Swedish food has become quite trendy, especially after the conception of the New Nordic Food manifesto promoting a more sustainable and local way of eating. As more and more Swedes become foodies, their odd culinary delights are also coming into the limelight, especially those having to do with bananas!
Bananas first arrived in Europe in 1905, with the first shipment arriving in Norway, of all places. Despite being right next door, it wasn’t until 1944 that bananas made it to Sweden – 20 tonnes of them. This may explain what was to come, because how else would the Swedes know what to do with 20 tonnes of tropical fruit?
While bananas were exotic and expensive at first (and looked upon with equal parts suspicion and fascination), Swedes eventually became so enamoured with them that they not only became embroiled in an ongoing battle with Denmark about who can eat the most in Europe (Sweden currently holds the title), but they also began developing some, shall we say, interesting ways of cooking with them.
Naturally, Swedes do normal things with bananas, such as slice them onto Swedish pancakes (often with chocolate sauce drizzled on top) or bake a great banana bread or even just eat them the regular way. Quite oddly, however, they don’t often slice bananas onto their morning bowl of cornflakes, but prefer putting them onto (or into) a couple of ‘interesting’ dishes which when offered to visitors can evoke a gag reflex. Until they try them, of course.
When you think of pizza, banana toppings don’t normally come to mind – unless you’re Swedish, that is. In Sweden you’ll find a variety of pizzas topped with bananas, including Hawaiian pizza, Indiana pizza, and Milano pizza – depending on which part of the country you’re in. However, the one that almost always makes visitors from around the world scratch their heads has to be the ubiquitous Banana Curry Pizza. Yes, you heard that right – a Banana Curry Pizza!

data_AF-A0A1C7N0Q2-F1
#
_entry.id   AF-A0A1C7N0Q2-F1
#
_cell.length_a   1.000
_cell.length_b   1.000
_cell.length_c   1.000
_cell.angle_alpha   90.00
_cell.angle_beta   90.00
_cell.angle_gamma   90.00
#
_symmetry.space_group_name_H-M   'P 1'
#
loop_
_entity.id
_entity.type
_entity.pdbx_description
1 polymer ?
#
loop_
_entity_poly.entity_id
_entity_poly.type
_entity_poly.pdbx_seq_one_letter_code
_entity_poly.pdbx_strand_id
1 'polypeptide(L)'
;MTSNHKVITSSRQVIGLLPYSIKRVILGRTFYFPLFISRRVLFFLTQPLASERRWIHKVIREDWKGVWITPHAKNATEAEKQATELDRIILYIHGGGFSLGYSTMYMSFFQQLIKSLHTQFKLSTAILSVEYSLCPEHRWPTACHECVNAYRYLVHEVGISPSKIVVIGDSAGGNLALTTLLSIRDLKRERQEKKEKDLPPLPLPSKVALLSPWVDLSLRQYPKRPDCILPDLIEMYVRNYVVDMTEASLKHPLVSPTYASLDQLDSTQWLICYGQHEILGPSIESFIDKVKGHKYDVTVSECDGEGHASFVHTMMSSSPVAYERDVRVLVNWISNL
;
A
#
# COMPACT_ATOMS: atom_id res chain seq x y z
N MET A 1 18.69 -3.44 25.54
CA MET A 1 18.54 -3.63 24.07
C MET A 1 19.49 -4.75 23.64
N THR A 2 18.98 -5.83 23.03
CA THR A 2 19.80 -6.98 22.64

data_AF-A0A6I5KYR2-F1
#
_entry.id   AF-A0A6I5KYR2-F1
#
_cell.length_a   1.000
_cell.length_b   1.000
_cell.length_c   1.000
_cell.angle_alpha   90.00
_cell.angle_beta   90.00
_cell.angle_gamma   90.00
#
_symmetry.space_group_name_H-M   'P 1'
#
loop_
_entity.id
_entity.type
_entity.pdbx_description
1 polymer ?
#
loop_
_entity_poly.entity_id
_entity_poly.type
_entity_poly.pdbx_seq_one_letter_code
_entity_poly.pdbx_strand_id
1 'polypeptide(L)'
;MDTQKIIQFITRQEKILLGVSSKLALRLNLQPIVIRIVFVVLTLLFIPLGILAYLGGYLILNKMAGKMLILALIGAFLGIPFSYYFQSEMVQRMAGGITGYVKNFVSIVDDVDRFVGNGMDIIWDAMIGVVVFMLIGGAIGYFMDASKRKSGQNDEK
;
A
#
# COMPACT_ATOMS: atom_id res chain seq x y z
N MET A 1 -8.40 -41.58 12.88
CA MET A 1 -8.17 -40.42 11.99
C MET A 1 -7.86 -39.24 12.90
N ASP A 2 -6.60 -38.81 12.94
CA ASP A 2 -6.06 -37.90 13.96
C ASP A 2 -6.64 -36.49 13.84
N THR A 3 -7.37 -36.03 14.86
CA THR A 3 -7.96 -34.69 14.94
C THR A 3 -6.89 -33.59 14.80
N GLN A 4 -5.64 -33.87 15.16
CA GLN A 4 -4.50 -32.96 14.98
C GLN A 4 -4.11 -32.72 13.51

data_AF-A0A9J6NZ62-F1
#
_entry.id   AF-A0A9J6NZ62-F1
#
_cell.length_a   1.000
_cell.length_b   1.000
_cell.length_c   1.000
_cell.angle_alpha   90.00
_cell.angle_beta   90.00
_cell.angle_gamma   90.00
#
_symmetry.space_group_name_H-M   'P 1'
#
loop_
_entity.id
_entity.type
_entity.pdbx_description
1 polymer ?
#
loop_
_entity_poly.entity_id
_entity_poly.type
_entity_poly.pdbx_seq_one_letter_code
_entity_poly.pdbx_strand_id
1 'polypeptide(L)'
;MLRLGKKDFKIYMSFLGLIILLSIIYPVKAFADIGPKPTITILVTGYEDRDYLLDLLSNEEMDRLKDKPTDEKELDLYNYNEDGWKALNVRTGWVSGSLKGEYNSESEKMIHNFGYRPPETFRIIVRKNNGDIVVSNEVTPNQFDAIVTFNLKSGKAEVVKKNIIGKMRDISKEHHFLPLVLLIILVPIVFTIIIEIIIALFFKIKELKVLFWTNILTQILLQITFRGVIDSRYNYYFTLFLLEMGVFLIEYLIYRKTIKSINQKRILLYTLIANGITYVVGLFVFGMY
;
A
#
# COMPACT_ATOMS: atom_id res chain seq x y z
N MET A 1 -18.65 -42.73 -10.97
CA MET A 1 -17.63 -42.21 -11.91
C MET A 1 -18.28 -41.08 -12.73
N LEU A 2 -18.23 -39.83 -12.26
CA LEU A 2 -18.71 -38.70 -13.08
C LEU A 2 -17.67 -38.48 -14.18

Here’s what it’s made of: a normal thin-crust Swedish pizza base (which some liken to cardboard and others to twine), some tomato sauce, grated smoked cheese (sometimes mozzarella), and then two ripe bananas sliced and spread across the pie, followed by a good sprinkling of curry powder. Mmm… sounds delicious or disgusting? It all depends on who you ask because in Sweden, this is one of the most popular pizzas available at nearly all standard pizza kiosks across the country.
Another pizza with bananas that even most Swedes don’t know about – and some say it’s just an urban myth – goes by the name of ‘Turbo’ (which apparently has to do with its after-effects). Found at a small pizzeria in Dalarna, it contains regular sauce, cheese, and ham before it’s topped with pork, prawns, pineapple, bananas, and – get ready – béarnaise sauce. According to some aficionados, this pizza might keep you busy in the toilet for some time afterwards, but it’s well worth the trouble!
However, if we’re really talking banana cuisine in Sweden, then the ultimate dish is a casserole called the Flying Jacob, which first became popular in the 1970s after its recipe was published in a popular cooking and recipe magazine. Created by a certain Ove Jacobson, who worked in the air freight industry, the dish is an ultimate when it comes to using bananas cleverly. It’s also simple to make: throw together chopped up meat from a whole rotisserie chicken, roasted peanuts, bacon, chili sauce, cream, and four bananas. Chuck it in the oven, wait for it to bubble, and serve over rice. Although it may sound hideous, it’s actually considered to be one of the best hangover cures.
So when in Sweden and hankering for a banana, toss aside all you think you know about eating bananas and try the Swedish way: mix bananas with the most unlikely ingredients and see what happens. For some it’s magic, for others it’s the work of Satan himself. Go bananas!